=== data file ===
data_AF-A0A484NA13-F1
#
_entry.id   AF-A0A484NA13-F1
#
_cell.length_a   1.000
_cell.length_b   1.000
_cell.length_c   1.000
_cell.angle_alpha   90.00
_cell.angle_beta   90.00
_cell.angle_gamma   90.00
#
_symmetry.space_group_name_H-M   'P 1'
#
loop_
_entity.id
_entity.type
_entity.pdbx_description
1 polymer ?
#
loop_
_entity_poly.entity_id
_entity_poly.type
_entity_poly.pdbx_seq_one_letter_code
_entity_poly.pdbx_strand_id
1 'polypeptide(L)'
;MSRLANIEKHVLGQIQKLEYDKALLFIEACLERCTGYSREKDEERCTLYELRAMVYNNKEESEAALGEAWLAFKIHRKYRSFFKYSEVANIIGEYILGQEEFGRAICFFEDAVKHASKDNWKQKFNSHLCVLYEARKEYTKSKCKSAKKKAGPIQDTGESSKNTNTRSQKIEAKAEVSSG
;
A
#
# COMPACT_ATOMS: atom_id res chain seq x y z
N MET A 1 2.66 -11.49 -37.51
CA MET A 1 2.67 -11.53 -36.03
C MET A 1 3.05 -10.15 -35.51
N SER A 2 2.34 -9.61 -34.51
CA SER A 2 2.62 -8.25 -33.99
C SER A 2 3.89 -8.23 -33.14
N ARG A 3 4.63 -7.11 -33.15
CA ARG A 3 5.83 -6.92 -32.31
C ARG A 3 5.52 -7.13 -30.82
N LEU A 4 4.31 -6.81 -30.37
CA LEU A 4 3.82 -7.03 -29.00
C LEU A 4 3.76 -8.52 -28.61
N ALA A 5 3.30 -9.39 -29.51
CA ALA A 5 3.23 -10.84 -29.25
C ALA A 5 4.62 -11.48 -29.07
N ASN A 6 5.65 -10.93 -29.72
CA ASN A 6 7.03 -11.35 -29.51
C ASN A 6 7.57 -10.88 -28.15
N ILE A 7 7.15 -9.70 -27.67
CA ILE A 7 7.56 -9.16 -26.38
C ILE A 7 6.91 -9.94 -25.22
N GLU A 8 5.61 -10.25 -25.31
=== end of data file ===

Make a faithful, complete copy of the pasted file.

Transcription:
data_AF-A0A484NA13-F1
#
_entry.id   AF-A0A484NA13-F1
#
_cell.length_a   1.000
_cell.length_b   1.000
_cell.length_c   1.000
_cell.angle_alpha   90.00
_cell.angle_beta   90.00
_cell.angle_gamma   90.00
#
_symmetry.space_group_name_H-M   'P 1'
#
loop_
_entity.id
_entity.type
_entity.pdbx_description
1 polymer ?
#
loop_
_entity_poly.entity_id
_entity_poly.type
_entity_poly.pdbx_seq_one_letter_code
_entity_poly.pdbx_strand_id
1 'polypeptide(L)'
;MSRLANIEKHVLGQIQKLEYDKALLFIEACLERCTGYSREKDEERCTLYELRAMVYNNKEESEAALGEAWLAFKIHRKYRSFFKYSEVANIIGEYILGQEEFGRAICFFEDAVKHASKDNWKQKFNSHLCVLYEARKEYTKSKCKSAKKKAGPIQDTGESSKNTNTRSQKIEAKAEVSSG
;
A
#
# COMPACT_ATOMS: atom_id res chain seq x y z
N MET A 1 2.66 -11.49 -37.51
CA MET A 1 2.67 -11.53 -36.03
C MET A 1 3.05 -10.15 -35.51
N SER A 2 2.34 -9.61 -34.51
CA SER A 2 2.62 -8.25 -33.99
C SER A 2 3.89 -8.23 -33.14
N ARG A 3 4.63 -7.11 -33.15
CA ARG A 3 5.83 -6.92 -32.31
C ARG A 3 5.52 -7.13 -30.82
N LEU A 4 4.31 -6.81 -30.37
CA LEU A 4 3.82 -7.03 -29.00
C LEU A 4 3.76 -8.52 -28.61
N ALA A 5 3.30 -9.39 -29.51
CA ALA A 5 3.23 -10.84 -29.25
C ALA A 5 4.62 -11.48 -29.07
N ASN A 6 5.65 -10.93 -29.72
CA ASN A 6 7.03 -11.35 -29.51
C ASN A 6 7.57 -10.88 -28.15
N ILE A 7 7.15 -9.70 -27.67
CA ILE A 7 7.56 -9.16 -26.38
C ILE A 7 6.91 -9.94 -25.22
N GLU A 8 5.61 -10.25 -25.31